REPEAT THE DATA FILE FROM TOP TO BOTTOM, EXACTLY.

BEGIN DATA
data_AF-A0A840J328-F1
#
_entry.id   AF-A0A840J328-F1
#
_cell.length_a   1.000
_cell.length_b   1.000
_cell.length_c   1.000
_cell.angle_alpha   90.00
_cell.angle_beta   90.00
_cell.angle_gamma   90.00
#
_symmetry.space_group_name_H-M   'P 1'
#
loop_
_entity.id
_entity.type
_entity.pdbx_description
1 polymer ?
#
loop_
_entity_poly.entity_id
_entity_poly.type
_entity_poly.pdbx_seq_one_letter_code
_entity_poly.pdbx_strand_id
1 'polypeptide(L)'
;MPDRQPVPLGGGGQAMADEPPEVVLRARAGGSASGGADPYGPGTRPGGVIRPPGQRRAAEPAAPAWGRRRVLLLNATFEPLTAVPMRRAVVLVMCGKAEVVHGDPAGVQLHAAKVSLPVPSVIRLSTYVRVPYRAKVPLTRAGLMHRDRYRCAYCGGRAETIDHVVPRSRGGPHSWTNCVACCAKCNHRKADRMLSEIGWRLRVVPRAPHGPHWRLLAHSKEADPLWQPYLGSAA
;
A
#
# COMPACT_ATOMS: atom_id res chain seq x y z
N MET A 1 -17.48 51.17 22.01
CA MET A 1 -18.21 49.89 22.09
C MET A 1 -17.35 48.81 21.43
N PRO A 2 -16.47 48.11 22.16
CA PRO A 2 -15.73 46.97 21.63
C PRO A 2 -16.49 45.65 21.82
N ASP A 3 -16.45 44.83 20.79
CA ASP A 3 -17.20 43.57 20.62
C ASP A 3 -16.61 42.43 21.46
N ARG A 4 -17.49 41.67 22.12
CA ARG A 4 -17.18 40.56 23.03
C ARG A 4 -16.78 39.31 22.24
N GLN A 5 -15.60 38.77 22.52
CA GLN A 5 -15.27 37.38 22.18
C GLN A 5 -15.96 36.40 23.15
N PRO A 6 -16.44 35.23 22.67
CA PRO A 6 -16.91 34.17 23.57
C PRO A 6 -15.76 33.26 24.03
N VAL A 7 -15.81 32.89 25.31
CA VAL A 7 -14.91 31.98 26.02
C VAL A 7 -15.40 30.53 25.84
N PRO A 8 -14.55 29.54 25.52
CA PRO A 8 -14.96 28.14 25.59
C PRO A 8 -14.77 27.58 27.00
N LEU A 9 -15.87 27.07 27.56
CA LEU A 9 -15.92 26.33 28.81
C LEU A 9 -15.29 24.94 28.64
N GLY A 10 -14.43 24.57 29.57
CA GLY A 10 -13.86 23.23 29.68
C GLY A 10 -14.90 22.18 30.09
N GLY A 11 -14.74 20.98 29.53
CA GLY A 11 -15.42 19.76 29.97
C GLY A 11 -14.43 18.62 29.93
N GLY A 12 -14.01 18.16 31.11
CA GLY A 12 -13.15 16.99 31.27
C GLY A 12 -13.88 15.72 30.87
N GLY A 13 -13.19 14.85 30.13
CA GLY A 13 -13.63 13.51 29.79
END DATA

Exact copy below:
data_AF-A0A840J328-F1
#
_entry.id   AF-A0A840J328-F1
#
_cell.length_a   1.000
_cell.length_b   1.000
_cell.length_c   1.000
_cell.angle_alpha   90.00
_cell.angle_beta   90.00
_cell.angle_gamma   90.00
#
_symmetry.space_group_name_H-M   'P 1'
#
loop_
_entity.id
_entity.type
_entity.pdbx_description
1 polymer ?
#
loop_
_entity_poly.entity_id
_entity_poly.type
_entity_poly.pdbx_seq_one_letter_code
_entity_poly.pdbx_strand_id
1 'polypeptide(L)'
;MPDRQPVPLGGGGQAMADEPPEVVLRARAGGSASGGADPYGPGTRPGGVIRPPGQRRAAEPAAPAWGRRRVLLLNATFEPLTAVPMRRAVVLVMCGKAEVVHGDPAGVQLHAAKVSLPVPSVIRLSTYVRVPYRAKVPLTRAGLMHRDRYRCAYCGGRAETIDHVVPRSRGGPHSWTNCVACCAKCNHRKADRMLSEIGWRLRVVPRAPHGPHWRLLAHSKEADPLWQPYLGSAA
;
A
#
# COMPACT_ATOMS: atom_id res chain seq x y z
N MET A 1 -17.48 51.17 22.01
CA MET A 1 -18.21 49.89 22.09
C MET A 1 -17.35 48.81 21.43
N PRO A 2 -16.47 48.11 22.16
CA PRO A 2 -15.73 46.97 21.63
C PRO A 2 -16.49 45.65 21.82
N ASP A 3 -16.45 44.83 20.79
CA ASP A 3 -17.20 43.57 20.62
C ASP A 3 -16.61 42.43 21.46
N ARG A 4 -17.49 41.67 22.12
CA ARG A 4 -17.18 40.56 23.03
C ARG A 4 -16.78 39.31 22.24
N GLN A 5 -15.60 38.77 22.52
CA GLN A 5 -15.27 37.38 22.18
C GLN A 5 -15.96 36.40 23.15
N PRO A 6 -16.44 35.23 22.67
CA PRO A 6 -16.91 34.17 23.57
C PRO A 6 -15.76 33.26 24.03
N VAL A 7 -15.81 32.89 25.31
CA VAL A 7 -14.91 31.98 26.02
C VAL A 7 -15.40 30.53 25.84
N PRO A 8 -14.55 29.54 25.52
CA PRO A 8 -14.96 28.14 25.59
C PRO A 8 -14.77 27.58 27.00
N LEU A 9 -15.87 27.07 27.56
CA LEU A 9 -15.92 26.33 28.81
C LEU A 9 -15.29 24.94 28.64
N GLY A 10 -14.43 24.57 29.57
CA GLY A 10 -13.86 23.23 29.68
C GLY A 10 -14.90 22.18 30.09
N GLY A 11 -14.74 20.98 29.53
CA GLY A 11 -15.42 19.76 29.97
C GLY A 11 -14.43 18.62 29.93
N GLY A 12 -14.01 18.16 31.11
CA GLY A 12 -13.15 16.99 31.27
C GLY A 12 -13.88 15.72 30.87
N GLY A 13 -13.19 14.85 30.13
CA GLY A 13 -13.63 13.51 29.79